FEATURE – Crafty Folk. ‘It’s never too late to pick up a pen’

Paul Richardson in the study at his home in Littlethorpe near Ripon.

Paul Richardson in the study at his home in Littlethorpe near Ripon.

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Laura talks to two authors from the Ripon area – Paul Richardson and Maggie Cobbett – about their life, their work and where they find their inspiration for their creative writing, including poems, short stories and novels.

As soon as you meet Paul Richardson, you know he is a writer.

His speech is punctuated with animated anecdotes, his hands constantly flit from one expressive gesture to another, and his eyes flicker with an impatient sparkle as if always searching for a metaphor, rhyming couplet or inspiration for a new protagonist.

In fact, as we sit sharing a pot of tea in Tiffin’s Café at Ripon Community House and his eyes dart around the room, I wonder who or what will be the source of the Littlethorpe resident’s latest inspiration.

“I go through stages of being very thoughtful for a few weeks and there is almost like a build up, a simmering beneath the surface,” Paul tells me in his recognisably soft Geordie accent.

“Then I just write a poem down and my mind feels exhausted afterwards. And for people who know me, they can see my personality and life running right through my poems.

“Poetry is so personal and emotional that if you don’t put any of yourself into it, you’re bound to fail.”

After being brought up in a vicarage in rural northeast England, working as a gravedigger, a financial controller for the lords tenants’ association in London and dedicating 12 years to representing Masham as a North Yorkshire County Councillor, you’d be forgiven for failing to see little of the man himself in his work at first glance.

The 64-year-old’s debut novel, Footsteps of the Brave, is an epic adventure story set mainly at the beginnings of the American Indian Wars.

But when you dig a little deeper, Paul’s life story becomes a palpably crucial aspect of his writing – especially his earlier poetry.

“My poem Who Will Bury Me is powerful for me, as I wrote it when my father Jack died,” he explains. “He definitely inspired me. I have got his imagination – he had a very vivid imagination.”

In addition to taking inspiration from his clergyman father, Paul spent years running a business in Boston, North America, before moving to Maine where he enjoyed ranching with his daughter, Lorna.

“I used to go all over America, and I developed a fascination with its history,” he says.

“For me, I don’t think you can write a book without life experience.”

And life experience is not only something Paul has in abundance – it is something he relies on as a writer who has never been enthusiastic about reading.

“I was always bottom of the class at school,” he says.

“I would love to just sit and write all day. It would be my dream. But I have never been a big reader and I hate reading poetry because I am a Geordie, a natural gimmick – it may colour the way I think,” he chuckles.

Paul’s dream of spending leisurely days dreaming up new exotic locations and characters in his study may just become a reality soon, as he retires from his role as Masham councillor next month.

And considering Paul has written two poetry anthologies – A Lone Voyager and A New Beginning – and his debut novel in less than 15 years since only taking up writing in his late-40s, he has a message for anyone who thinks they are not bookish enough to experience the joys of writing.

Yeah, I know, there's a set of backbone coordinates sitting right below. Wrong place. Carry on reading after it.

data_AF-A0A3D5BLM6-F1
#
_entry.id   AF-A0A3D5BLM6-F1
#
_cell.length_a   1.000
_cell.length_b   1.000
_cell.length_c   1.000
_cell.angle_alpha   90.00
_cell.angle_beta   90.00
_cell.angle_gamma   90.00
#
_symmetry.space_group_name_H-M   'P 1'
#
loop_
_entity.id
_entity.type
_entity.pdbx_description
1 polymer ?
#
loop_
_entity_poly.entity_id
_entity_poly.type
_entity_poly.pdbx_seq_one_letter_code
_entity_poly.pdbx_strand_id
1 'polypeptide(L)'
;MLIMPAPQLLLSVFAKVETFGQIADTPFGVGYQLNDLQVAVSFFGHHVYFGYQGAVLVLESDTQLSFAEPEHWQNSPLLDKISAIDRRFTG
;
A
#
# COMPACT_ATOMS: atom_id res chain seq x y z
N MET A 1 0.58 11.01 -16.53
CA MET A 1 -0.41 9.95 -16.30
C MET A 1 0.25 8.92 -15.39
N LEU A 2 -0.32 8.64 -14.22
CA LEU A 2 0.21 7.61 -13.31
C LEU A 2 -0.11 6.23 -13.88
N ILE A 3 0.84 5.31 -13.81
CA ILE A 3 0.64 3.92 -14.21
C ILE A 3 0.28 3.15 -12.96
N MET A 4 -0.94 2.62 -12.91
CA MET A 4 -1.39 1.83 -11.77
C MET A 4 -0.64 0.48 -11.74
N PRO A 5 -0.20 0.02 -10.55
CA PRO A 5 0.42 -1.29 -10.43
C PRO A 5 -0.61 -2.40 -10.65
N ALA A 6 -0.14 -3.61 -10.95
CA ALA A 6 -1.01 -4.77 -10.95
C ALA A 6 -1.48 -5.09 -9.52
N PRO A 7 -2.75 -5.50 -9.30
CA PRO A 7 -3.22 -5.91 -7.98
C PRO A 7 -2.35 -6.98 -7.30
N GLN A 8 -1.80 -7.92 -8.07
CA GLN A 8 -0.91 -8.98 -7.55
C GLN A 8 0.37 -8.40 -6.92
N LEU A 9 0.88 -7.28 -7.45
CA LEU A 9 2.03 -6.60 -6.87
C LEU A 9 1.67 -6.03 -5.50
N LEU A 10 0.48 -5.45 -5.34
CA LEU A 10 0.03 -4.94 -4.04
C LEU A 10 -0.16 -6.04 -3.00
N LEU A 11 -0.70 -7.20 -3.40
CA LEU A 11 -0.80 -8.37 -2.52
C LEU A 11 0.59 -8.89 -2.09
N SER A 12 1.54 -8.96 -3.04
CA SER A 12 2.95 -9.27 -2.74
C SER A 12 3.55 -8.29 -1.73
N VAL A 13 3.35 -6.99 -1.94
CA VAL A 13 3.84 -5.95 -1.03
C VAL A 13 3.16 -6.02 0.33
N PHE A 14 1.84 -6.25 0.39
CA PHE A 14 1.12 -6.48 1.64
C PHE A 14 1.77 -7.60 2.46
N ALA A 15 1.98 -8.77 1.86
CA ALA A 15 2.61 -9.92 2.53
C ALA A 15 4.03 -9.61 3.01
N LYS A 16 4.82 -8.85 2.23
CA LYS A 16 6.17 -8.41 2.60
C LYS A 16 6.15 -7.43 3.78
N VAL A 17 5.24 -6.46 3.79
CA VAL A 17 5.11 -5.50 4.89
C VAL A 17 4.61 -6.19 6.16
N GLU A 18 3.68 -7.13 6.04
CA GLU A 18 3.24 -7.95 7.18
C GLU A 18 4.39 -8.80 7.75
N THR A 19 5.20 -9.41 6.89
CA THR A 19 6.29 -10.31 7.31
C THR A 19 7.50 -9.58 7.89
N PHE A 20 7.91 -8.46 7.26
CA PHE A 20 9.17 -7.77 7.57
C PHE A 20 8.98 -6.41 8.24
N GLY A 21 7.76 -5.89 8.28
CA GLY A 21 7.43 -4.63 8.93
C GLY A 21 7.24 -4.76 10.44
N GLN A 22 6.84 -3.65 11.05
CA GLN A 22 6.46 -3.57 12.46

“It’s never too late to pick up a pen,” he smiles.

But for Ripon writer Maggie Cobbett, reading literature has always been a hobby.

The multi-lingual former school teacher lists Joanne Harris among her favourite authors for her distinctive achronological style, dashing between flashbacks and present tense, which Maggie says she finds “very appealing”.

Like Harris, Maggie is also captivated by her own experiences of France after spending time teaching English in French schools and going on a particularly inspiring A-level trip to the country when she was a teenager. A trip round Moscow in a double-decker bus when she was studying French and German at the University of Manchester is also credited as a place rich with mind-broadening possibility.

“I have a very fertile imagination and scenes often just come out of the ether,” she tells me as she sips coffee by the upstairs window of the café we’ve arranged to meet in.

“People endlessly inspire me. I often like to just sit in cafés and shops watching people going about their day to day business.”

And as the chairman of Ripon Writers Group, Maggie also finds it useful to get feedback from fellow local writers and hear other people’s experiences.

Maggie’s bank of memories has led to her winning a multitude of writing competitions, including winning a free place at the Writers’ Summer School in Swanwick – not once, but twice.

“I have been very lucky to have won twice,” she tells me with characteristic modesty. “I find it very helpful to meet other writers. It’s a place to kick around ideas and there is a lot of cross-fertilisation of thoughts.”

Maggie’s e-books currently include Anyone for Murder? – a collection of short crime stories – and Had We But World Enough, which chronciles a handful of hopeful souls who embark on new lives in a collection of seven short stories.

And as an extra for Emmerdale, it seems Maggie’s eye for lucid insights into people’s lives won’t be fading anytime soon.

“We travel to the Harewood estate village on location in Leeds in a minibus and there is such a great sense of spirit.There can be lots of time between scenes and I get the opportunity to just sit in the corner and scribble away. “It’s very amusing to see my colleagues trying to work out if any of my characters are based on them,” she chuckles.

l To see more of Paul and Maggie’s work, visit www.talulahpublishing.co.uk and www. maggiecobbett.co.uk